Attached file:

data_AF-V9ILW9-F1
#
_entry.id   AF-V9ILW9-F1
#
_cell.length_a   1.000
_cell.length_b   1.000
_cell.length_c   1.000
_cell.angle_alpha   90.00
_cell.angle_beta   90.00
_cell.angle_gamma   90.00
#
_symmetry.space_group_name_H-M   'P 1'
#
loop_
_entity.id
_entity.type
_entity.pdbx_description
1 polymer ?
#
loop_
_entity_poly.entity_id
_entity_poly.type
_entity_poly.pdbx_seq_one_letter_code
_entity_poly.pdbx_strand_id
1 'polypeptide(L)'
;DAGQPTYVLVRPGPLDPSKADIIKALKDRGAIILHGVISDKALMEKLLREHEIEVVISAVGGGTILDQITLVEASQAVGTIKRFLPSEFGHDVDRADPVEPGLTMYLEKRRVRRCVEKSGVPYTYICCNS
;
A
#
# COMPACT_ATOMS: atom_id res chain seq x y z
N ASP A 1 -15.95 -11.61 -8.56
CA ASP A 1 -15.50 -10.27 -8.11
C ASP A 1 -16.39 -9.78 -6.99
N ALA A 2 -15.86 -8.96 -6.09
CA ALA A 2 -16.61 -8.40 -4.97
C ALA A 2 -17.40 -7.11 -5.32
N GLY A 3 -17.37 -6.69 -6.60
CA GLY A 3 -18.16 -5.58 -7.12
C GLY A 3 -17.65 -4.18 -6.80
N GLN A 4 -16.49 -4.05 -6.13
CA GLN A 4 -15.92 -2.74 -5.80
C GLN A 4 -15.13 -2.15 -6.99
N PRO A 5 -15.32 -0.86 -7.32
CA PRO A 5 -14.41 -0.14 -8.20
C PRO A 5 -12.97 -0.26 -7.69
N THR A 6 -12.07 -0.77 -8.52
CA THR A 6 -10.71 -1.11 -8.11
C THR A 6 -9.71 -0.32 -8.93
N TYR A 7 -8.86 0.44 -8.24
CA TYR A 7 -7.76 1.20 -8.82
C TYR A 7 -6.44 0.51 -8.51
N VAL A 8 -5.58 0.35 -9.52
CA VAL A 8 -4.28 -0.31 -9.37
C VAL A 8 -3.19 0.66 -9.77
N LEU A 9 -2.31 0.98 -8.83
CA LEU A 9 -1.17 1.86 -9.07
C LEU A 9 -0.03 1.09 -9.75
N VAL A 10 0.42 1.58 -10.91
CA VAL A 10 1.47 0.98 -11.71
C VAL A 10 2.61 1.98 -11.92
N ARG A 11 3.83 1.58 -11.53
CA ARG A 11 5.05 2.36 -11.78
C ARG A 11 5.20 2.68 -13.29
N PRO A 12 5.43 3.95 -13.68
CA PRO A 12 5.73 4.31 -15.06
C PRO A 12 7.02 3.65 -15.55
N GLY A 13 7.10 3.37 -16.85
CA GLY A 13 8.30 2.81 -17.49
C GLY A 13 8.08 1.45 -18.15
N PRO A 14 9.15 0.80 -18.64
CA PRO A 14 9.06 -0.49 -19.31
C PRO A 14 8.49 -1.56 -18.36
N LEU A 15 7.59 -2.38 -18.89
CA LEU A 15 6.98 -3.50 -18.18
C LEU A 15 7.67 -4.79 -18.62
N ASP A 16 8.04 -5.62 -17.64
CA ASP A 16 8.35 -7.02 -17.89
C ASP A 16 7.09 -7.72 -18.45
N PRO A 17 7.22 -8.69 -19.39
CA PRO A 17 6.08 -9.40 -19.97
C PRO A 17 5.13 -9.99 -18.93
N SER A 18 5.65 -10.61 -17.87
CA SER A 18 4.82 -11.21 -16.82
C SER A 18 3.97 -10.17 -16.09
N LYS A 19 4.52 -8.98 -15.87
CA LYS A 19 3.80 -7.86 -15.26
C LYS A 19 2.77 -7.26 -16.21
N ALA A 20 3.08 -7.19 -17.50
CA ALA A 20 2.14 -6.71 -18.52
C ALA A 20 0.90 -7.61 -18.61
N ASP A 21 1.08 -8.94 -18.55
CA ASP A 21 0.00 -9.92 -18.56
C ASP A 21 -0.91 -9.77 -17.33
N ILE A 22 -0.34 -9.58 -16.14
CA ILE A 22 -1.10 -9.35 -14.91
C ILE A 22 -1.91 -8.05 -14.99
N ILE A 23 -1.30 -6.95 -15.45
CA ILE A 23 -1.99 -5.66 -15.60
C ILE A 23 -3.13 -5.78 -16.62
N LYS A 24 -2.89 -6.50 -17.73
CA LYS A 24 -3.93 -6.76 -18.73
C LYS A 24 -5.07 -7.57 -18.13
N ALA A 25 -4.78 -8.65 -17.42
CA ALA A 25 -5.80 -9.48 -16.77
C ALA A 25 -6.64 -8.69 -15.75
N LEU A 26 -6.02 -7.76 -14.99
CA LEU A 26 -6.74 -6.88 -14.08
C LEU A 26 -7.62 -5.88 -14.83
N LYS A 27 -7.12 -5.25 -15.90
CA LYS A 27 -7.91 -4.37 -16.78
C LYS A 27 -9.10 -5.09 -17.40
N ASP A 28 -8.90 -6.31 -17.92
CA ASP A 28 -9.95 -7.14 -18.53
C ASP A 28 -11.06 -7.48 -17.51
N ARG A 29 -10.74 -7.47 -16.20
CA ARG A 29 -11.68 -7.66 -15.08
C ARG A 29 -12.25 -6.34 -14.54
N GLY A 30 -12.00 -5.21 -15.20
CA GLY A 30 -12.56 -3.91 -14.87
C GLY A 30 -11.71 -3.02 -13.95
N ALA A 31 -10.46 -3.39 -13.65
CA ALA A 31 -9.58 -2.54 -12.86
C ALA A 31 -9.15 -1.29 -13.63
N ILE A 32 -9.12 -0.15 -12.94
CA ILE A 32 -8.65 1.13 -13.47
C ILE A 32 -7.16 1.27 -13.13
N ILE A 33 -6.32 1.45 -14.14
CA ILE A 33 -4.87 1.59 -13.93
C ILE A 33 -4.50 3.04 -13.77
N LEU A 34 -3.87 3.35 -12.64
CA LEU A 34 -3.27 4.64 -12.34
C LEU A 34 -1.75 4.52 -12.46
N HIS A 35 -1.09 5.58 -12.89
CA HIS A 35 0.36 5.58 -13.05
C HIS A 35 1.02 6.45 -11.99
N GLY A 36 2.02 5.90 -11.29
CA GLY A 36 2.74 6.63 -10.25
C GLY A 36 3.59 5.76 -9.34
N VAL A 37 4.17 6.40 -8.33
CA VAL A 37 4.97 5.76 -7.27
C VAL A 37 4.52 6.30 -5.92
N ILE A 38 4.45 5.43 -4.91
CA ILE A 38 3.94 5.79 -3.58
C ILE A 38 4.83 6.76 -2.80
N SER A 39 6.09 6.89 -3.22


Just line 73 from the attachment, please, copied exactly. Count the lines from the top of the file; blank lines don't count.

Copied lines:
N LEU A 15 7.59 -2.38 -18.89